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Table for One

Anybody know what day it is today?

No, I don't mean Easter Monday.
It's an anniversary of something quintessentially Canadian...
The 90th anniversary.




Still lost?




Vimy Ridge ring a bell? I went for lunch today (a yummy peanut-based soup) and picked up the Vancouver Sun. I had been completely oblivious to this anniversary, but I read a couple interesting articles and stats about my generation's lack of knowledge about Canadian military history. Some trivia questions:

1. Canada's most famous single victory in the First World War consisted ofthe capture
Front. What was this battle called?

2. Captain John McCrae served as a medical officer in the World War One and wrote what is considered to be Canada’s most famous poem. What is the name of this poem?

3. Canada has produced a number of outstanding military heroes. Could you please identify the two famous Canadians from the following list:
Air Marshal “Billy”Bishop; General Douglas MacArthur; General Ulysses Grant; Sir Arthur Currie


To view the answers and corresponding stats, click here.

This article made me wonder at the possibilities of having my grampie's memories recorded, and ponder why we, as a nation, are relatively oblivious to our military history - an anomaly in most developed nations.

Comments

jevy said…
There's been extensive coverage this whole week on CBC's "the National" (I heart Peter Mansbridge).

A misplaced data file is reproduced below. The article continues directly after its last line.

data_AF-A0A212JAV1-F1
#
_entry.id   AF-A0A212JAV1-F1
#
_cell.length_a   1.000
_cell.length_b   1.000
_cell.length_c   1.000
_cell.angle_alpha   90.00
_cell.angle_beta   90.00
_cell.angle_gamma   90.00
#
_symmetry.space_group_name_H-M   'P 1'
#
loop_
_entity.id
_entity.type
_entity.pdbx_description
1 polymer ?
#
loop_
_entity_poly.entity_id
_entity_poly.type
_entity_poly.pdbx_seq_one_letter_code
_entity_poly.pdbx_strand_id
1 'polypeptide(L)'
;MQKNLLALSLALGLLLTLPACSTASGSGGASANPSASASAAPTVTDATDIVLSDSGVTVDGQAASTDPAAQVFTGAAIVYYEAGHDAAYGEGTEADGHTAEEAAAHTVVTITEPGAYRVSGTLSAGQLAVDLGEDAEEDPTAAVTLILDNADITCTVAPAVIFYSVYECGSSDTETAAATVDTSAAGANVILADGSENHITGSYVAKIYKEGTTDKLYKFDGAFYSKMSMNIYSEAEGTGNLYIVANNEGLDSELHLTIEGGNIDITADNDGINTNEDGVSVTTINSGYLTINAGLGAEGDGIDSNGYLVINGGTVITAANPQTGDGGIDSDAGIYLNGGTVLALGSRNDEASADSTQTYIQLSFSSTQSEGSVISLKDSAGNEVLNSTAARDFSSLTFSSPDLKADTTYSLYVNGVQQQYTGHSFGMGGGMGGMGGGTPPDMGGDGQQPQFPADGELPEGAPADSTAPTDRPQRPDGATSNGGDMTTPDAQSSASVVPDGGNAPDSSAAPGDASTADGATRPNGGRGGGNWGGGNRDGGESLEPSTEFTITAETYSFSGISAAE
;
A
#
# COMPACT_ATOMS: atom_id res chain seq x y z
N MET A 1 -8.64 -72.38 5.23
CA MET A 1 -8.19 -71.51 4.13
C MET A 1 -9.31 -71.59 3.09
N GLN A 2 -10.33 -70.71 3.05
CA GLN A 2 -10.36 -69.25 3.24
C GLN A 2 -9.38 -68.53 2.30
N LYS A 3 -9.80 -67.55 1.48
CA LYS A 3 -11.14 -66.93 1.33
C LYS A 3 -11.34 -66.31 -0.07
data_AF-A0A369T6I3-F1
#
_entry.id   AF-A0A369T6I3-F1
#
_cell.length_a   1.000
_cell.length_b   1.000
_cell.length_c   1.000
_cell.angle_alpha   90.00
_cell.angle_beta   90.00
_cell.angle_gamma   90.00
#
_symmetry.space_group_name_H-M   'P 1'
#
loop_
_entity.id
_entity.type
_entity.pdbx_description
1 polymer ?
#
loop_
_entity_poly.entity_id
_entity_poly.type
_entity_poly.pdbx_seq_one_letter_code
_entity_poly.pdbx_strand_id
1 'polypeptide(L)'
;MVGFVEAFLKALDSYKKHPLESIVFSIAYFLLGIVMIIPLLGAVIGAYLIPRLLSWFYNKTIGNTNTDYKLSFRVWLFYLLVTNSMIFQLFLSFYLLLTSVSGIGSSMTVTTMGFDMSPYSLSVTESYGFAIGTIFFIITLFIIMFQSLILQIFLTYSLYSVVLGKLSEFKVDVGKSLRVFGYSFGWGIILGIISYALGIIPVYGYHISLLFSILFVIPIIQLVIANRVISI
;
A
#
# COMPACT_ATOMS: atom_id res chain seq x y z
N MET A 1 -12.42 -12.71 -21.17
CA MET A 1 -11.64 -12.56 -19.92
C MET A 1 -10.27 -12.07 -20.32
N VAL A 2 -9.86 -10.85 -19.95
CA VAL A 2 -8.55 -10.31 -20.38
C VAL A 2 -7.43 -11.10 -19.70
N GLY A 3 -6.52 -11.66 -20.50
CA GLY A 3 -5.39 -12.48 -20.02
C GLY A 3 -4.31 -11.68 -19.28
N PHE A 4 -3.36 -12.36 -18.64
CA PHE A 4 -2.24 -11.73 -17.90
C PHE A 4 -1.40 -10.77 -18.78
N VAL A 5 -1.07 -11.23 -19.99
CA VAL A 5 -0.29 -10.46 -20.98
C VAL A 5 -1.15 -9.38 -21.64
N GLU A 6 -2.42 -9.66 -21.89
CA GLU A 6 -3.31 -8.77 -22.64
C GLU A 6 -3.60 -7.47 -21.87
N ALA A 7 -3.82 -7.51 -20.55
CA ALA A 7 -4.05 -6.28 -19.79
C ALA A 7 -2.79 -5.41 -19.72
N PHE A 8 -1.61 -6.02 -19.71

A french guy from Vimy I think said it pretty well about why we don't really appreciate war as much. Mainly because Canada has never seen war in our nation. I thought that made sense.
lisa said…
I watched a documentary about the Great War this weekend (mostly because I knew someone in the documentary, but I ended up being really impressed with the show itself) where descendants of WWI veterans were taken to France to re-enact the battle of Vimy Ridge. It told the story of the Great War from several points of view - from those grandchildren (most in their 20s), from the soldiers themselves through letters, and from those who waited at home. It was really well done. I think it's on again next weekend on CBC newsworld.

I always disliked history class because I can't remember dates and names and stuff, but I've always liked historical fiction and I think it's because the novels tell the stories and emotions of the people who lived through the events. I thought this documentary did a great job of focusing on the people to tell the story of the event. I'd definitely recommend it.
Sarah said…
You go girl! I'm glad you went with my suggestion, although peanut soup doesn't sound very Italian ;)
Sarah said…
Oops, published before I finished typing my thought. I wanted to add, send me your address and I'll try to get that book to you.

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